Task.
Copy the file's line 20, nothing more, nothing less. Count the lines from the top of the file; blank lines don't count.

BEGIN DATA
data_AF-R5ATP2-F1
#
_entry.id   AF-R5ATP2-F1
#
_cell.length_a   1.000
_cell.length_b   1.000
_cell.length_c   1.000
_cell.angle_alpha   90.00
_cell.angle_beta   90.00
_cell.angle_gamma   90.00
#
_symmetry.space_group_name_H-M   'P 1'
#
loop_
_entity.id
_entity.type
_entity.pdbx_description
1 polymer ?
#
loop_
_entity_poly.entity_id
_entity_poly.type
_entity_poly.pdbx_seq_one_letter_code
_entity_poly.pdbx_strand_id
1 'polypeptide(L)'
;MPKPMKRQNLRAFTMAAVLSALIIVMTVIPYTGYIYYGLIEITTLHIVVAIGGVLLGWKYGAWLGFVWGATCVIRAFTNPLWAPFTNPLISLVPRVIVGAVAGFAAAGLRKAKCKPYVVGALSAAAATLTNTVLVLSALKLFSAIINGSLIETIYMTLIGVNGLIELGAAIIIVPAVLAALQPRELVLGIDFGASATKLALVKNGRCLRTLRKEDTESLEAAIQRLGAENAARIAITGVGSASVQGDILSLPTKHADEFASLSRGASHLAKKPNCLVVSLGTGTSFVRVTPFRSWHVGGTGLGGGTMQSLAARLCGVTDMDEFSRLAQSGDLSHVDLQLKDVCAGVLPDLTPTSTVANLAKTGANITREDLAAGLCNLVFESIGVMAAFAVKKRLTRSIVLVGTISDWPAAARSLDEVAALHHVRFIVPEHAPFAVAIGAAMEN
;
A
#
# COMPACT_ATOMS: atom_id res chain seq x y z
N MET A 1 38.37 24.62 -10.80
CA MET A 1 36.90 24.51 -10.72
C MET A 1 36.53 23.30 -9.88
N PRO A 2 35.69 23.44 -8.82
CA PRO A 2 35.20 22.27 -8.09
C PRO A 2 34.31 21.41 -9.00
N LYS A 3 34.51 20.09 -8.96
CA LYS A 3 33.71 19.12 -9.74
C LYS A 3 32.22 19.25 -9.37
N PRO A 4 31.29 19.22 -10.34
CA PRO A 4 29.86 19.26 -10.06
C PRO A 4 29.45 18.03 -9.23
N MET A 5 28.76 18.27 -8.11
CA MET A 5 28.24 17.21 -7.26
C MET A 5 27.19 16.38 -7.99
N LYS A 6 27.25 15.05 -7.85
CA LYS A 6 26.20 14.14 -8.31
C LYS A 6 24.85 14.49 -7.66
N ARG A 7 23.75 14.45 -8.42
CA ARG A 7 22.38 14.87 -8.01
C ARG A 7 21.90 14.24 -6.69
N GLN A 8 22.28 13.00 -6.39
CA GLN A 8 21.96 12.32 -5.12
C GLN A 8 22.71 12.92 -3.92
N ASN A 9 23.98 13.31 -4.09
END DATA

loop_